They’re baaaaack…well, almost

Tuesday, January 7, being “the first Tuesday after the first Monday of the year,” marks the beginning of the 2020 Kentucky General Assembly. It’s a full, 60-day session, with the final gavel scheduled for April 15. That’s also “Tax Day,” and lobbyists (well, at least one I know) don’t mind paying whatever taxes they owe because it means the end of the regular session.

You can check out the full Legislative Calendar at

If you want to keep up with the daily grind of bills being introduced, actions by either chamber or bio information about your State Reps or State Senator, go to Take note of that URL because the long-time no longer works.

We anticipate some legislation on public notice advertising based on comments by at least two legislators in a recent Interim Committee meeting and there probably will be a plethora of bills on Open Records. There seem to be attacks from all fronts on one of the strongest Open Records Laws in the country but we hope to continue being successful in fighting off those efforts. A new one recently cropped up when Rep. Chris Freeland, from Benton, said he would be filing legislation about the gruesome photos, inspired by the killing of two students at Marshall County High School two years ago.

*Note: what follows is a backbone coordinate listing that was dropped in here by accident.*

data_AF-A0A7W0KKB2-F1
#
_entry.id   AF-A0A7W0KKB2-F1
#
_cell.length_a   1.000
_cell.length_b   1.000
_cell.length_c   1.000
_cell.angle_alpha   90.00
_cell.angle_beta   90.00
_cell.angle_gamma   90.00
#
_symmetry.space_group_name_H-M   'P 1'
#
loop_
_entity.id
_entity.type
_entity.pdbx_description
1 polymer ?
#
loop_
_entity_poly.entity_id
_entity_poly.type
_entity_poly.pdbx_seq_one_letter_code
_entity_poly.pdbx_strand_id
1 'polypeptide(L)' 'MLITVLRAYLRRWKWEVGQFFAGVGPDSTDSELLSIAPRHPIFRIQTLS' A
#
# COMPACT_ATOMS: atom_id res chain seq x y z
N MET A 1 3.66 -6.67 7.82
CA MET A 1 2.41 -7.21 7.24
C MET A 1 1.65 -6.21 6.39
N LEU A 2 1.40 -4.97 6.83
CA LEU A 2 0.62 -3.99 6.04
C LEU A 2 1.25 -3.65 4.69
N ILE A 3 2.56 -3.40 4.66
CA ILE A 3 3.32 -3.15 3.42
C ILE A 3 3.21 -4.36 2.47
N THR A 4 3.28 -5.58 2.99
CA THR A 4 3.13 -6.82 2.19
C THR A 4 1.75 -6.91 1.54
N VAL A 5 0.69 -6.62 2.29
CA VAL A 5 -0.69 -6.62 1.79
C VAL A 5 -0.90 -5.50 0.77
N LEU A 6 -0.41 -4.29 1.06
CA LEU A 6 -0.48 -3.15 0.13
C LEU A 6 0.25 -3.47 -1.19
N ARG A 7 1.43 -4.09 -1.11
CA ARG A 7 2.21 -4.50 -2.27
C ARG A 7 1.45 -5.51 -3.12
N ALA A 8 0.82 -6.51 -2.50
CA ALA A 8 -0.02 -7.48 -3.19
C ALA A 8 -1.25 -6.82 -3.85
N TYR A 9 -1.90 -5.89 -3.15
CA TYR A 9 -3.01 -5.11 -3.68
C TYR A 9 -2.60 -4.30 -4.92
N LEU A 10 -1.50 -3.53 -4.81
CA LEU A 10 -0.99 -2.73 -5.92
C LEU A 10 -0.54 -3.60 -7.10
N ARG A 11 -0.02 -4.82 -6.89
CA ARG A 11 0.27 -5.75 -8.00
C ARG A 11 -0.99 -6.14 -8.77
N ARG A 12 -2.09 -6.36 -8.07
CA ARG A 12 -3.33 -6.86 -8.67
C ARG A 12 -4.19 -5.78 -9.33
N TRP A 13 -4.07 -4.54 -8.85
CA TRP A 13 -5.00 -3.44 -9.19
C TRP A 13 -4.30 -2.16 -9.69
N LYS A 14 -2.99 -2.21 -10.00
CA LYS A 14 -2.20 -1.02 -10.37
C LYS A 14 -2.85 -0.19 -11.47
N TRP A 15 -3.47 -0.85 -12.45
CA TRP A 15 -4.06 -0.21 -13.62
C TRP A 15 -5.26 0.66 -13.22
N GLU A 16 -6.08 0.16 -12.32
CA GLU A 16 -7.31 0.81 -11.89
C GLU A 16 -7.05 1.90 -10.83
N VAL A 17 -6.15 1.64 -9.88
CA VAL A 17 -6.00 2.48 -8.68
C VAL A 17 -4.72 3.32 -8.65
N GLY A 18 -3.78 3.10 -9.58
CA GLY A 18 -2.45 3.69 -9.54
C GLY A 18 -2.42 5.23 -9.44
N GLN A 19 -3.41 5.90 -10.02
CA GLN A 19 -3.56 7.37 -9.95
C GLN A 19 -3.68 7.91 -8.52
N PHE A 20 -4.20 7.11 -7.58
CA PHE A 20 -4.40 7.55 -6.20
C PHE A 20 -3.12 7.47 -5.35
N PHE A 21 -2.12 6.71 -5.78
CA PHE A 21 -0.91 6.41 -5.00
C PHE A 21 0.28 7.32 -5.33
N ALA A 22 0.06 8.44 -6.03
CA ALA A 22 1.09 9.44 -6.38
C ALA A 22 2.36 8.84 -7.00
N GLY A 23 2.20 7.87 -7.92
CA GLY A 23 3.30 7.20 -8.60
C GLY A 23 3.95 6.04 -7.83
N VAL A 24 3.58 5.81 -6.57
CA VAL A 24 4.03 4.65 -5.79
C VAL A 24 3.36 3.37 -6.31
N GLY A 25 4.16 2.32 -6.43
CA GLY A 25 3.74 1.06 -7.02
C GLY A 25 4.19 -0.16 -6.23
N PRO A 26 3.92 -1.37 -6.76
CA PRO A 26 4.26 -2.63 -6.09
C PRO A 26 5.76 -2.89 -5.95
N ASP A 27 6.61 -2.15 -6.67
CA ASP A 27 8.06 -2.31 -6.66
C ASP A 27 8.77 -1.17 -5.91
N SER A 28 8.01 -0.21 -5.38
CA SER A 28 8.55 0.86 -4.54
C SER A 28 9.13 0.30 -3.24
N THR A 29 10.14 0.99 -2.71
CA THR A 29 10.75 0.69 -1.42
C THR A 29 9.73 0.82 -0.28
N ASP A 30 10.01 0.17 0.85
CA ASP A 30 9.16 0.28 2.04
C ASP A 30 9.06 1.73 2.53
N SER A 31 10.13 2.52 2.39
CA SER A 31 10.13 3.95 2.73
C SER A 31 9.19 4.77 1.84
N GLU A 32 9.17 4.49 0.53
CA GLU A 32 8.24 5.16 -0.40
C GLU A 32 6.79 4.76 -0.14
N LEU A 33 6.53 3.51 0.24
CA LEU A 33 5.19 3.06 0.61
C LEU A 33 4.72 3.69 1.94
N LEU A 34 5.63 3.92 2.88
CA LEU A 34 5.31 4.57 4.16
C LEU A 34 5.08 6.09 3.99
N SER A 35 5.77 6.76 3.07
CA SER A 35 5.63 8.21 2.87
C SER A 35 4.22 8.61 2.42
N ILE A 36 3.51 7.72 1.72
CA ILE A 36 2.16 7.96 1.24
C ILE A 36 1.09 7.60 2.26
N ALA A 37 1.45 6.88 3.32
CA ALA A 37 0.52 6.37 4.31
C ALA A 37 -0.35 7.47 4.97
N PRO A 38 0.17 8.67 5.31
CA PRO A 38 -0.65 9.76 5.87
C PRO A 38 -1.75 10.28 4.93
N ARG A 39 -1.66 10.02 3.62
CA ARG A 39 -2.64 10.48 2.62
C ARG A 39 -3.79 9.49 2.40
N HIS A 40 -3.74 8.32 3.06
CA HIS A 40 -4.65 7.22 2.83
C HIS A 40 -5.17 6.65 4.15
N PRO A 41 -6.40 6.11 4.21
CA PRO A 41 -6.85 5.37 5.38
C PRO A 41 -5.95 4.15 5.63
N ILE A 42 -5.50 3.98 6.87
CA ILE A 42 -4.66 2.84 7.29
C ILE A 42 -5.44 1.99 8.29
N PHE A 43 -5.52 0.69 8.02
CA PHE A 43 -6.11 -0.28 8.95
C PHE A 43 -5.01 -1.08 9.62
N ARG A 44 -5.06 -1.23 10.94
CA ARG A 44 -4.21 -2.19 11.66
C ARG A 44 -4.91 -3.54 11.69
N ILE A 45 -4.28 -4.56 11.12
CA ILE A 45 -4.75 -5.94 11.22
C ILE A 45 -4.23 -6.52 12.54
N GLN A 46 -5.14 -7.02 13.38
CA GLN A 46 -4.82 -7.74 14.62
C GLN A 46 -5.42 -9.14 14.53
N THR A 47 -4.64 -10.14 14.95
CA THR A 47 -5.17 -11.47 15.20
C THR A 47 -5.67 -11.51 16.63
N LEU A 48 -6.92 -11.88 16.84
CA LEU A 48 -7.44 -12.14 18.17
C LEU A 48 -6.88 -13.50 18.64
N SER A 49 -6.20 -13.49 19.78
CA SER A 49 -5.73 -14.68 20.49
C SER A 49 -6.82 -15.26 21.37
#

Here’s a recent article on what Freeland’s legislation would do:

We’ve also been working closely with Rep. Jason Petrie, R-Elkton, following some legislation he attempted during the 2019 session. We believe we’ve reached agreement in concept on some of the language and plan to continue working with him to get language that does what he wants while being acceptable to KPA.

We plan to update members each Friday, once the session really gets underway, about legislation we’re watching, monitoring or lobbying on and asking for help from publishers while their legislators are back home for the weekend. And if something comes up during the week that needs immediate attention, watch for URGENT LEGISLATIVE ACTION emails that will give publishers directions on what needs to be done to fight specific legislation. It’s imperative that newspapers stay aware and alert and be ready to contact their legislators by phone, email or text.

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